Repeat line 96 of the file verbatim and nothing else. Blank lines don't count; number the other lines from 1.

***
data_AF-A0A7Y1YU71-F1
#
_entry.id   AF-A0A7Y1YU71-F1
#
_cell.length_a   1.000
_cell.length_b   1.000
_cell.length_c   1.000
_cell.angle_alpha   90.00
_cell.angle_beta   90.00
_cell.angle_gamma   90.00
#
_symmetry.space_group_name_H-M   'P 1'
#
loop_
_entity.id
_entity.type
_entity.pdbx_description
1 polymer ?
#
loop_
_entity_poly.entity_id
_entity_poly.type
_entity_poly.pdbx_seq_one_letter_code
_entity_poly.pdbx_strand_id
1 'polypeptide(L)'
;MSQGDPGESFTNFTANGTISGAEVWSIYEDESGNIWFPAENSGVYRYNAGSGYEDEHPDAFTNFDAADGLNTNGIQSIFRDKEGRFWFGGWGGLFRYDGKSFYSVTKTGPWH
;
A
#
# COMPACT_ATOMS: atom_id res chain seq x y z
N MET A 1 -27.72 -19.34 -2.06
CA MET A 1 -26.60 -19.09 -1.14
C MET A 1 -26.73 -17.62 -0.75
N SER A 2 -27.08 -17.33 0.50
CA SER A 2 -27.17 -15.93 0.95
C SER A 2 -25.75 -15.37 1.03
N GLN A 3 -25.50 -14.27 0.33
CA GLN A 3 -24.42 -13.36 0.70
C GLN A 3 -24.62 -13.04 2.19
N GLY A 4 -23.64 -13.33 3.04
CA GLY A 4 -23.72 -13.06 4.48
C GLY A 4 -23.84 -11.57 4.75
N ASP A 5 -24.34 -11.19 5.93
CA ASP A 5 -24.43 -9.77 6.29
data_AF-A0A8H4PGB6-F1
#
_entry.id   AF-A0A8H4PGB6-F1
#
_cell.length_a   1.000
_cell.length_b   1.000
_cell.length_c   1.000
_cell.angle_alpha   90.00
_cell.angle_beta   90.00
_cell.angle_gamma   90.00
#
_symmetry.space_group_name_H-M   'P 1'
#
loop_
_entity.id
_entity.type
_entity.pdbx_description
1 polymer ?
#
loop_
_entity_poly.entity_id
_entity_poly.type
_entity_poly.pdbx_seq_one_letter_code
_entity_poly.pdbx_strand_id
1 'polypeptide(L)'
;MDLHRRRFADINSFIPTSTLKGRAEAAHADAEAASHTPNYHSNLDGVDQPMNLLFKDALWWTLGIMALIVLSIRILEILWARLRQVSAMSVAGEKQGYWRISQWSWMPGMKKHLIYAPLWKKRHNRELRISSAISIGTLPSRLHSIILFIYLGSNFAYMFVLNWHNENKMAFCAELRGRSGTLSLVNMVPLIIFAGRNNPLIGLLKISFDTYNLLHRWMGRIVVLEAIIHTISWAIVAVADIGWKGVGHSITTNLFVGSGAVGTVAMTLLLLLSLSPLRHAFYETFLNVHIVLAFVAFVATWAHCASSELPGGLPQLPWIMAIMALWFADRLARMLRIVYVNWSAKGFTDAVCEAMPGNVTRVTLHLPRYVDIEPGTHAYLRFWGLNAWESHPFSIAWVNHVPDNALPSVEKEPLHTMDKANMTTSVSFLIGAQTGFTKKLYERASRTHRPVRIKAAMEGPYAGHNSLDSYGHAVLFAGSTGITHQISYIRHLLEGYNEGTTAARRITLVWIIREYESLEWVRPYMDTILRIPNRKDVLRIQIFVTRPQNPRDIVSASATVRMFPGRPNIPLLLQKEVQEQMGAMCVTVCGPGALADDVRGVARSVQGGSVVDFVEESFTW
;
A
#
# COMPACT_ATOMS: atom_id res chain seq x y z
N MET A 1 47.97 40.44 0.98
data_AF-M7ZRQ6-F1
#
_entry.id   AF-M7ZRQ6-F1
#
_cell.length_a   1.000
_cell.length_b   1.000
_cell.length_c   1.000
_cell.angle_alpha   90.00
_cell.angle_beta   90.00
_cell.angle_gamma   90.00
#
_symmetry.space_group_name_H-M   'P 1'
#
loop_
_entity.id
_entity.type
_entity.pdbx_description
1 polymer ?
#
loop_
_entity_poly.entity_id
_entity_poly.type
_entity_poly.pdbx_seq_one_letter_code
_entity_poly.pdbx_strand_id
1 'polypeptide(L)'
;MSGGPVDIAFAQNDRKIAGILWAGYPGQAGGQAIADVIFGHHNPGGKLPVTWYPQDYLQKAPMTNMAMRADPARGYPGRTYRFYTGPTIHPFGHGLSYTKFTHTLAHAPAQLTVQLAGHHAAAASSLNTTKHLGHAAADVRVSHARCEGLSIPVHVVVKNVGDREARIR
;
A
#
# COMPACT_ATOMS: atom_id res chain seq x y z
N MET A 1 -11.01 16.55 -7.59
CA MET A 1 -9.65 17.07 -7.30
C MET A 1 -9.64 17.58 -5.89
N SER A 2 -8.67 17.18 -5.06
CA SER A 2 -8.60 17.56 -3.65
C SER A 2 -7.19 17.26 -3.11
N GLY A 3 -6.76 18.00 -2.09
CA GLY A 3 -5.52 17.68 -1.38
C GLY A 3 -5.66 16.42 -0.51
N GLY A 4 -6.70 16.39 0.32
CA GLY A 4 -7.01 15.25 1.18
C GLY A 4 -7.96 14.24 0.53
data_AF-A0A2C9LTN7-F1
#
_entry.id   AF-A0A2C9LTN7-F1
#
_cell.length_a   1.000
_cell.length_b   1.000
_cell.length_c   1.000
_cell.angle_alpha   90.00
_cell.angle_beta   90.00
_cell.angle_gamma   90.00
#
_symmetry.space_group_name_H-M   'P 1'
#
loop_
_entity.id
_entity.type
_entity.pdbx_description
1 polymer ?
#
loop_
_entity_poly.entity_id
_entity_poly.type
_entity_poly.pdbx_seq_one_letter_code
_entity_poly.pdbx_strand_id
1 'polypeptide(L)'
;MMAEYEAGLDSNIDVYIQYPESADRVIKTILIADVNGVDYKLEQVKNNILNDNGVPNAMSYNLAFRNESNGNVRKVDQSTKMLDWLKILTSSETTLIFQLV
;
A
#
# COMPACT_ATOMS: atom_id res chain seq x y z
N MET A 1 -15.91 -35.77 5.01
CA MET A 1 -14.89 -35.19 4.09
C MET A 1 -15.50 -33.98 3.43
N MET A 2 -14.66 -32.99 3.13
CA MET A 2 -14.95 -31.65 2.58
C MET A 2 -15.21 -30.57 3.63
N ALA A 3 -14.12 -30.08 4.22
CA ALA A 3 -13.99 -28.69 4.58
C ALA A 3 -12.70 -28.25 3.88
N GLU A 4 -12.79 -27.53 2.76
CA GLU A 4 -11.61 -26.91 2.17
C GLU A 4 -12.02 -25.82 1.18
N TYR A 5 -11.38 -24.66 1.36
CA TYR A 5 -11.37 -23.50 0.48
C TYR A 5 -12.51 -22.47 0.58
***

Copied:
_entity_poly.entity_id